Students engage various activities in the study room.

The Department

Prof. Jelena Maricic

The 20 full-time graduate faculty members in Physics are usually joined by several visiting faculty members to present a balanced program of teaching and research. The major research areas are elementary particle physics, free-electron laser physics (including applications in medical physics), condensed matter physics, particle astrophysics, with a combined annual funding of several million dollars. Of the 30 graduate students in physics, typically one-half come from outside of the U.S. The Department is part of the College of Natural Sciences.

Watanabe Hall

The Department is housed in Watanabe Hall, named in honor of former senior professor of physics, Kenichi Watanabe. It is an exceptionally well-designed four-story building with space for administration, faculty and student offices, research and teaching laboratories, and classrooms, as well as an undergraduate study area. The laboratories are centrally located with the offices for staff and graduate assistants on the outermost sides of the building. The building includes a large machine shop, an electronic service area, darkrooms and study and conference rooms, giving a combined usable area of 3,400 square meters. The Department also maintains additional space for research and teaching laboratories in the adjacent Physical Science Building.

2016 Open House
2016 Physics Open House

Astronomy

Students exploring the galaxy

The Institute for Astronomy located one kilometer up the Mānoa Valley from Watanabe Hall, houses the university’s astronomy program, and shares responsibility for astronomy education with the Department. Graduate admissions requirements, and examinations are all distinct between physics and astronomy. Faculty generally teach within their respective disciplines, but cross-over does take place. There is a Chairperson of the Department of Physics and Astronomy, but also a Graduate Chair of Astronomy as well as a Director of the Institute for Astronomy.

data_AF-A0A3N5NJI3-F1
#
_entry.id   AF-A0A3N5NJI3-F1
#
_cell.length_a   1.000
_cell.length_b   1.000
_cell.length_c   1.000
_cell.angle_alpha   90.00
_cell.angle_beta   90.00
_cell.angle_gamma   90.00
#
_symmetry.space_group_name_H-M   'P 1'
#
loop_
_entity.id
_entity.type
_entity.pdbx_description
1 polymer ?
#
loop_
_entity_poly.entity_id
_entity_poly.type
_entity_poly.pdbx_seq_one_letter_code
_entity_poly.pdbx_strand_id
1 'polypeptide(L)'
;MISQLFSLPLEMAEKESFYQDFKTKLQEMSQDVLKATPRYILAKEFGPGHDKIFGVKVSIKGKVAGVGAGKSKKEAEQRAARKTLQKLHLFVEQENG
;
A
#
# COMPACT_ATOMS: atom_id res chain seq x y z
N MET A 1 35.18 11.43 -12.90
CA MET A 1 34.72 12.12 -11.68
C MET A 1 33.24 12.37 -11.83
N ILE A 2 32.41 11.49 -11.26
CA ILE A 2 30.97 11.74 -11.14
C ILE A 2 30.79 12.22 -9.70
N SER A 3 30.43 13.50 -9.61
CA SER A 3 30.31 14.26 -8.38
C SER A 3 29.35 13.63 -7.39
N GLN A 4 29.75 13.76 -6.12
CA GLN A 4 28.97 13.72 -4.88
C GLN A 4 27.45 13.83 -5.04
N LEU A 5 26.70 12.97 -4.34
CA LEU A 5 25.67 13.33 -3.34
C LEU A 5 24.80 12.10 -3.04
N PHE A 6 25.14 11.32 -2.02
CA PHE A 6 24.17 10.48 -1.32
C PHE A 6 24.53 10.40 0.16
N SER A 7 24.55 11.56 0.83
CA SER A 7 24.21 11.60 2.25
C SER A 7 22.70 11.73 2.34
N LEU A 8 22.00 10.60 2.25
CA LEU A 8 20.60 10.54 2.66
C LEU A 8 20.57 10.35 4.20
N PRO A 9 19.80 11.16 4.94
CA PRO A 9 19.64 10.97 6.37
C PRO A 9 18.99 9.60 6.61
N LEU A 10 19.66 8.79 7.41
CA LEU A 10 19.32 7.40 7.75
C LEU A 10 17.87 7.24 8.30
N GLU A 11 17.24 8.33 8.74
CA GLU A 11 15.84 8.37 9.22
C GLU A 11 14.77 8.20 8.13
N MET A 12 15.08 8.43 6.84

The Mānoa Campus

The Mānoa Campus of the University of Hawai’i is found on the island of Oahu, at the foot of Mānoa Valley (which is in Honolulu). This cosmopolitan community of over a million people is composed of a rich mixture of western and eastern races and cultures. The beauty of the setting, the unsurpassed climate, and the many and diverse recreational and cultural benefits available in Hawaii provide an ideal environment for advanced study and creative research.
The University of Hawai’i is a public institution administered by the State of Hawai’i. There are 2,100 faculty members at the Manoa Campus and 19,000 students, 5,200 of whom are enrolled at the graduate level.
The University of Hawai’i maintains its main library in a modern building nearby. The library houses a total collection of two million volumes; it subscribes to 400 journals in physics and over 500 in chemistry.

Manoa Campus - the Hawaiian Hall building
X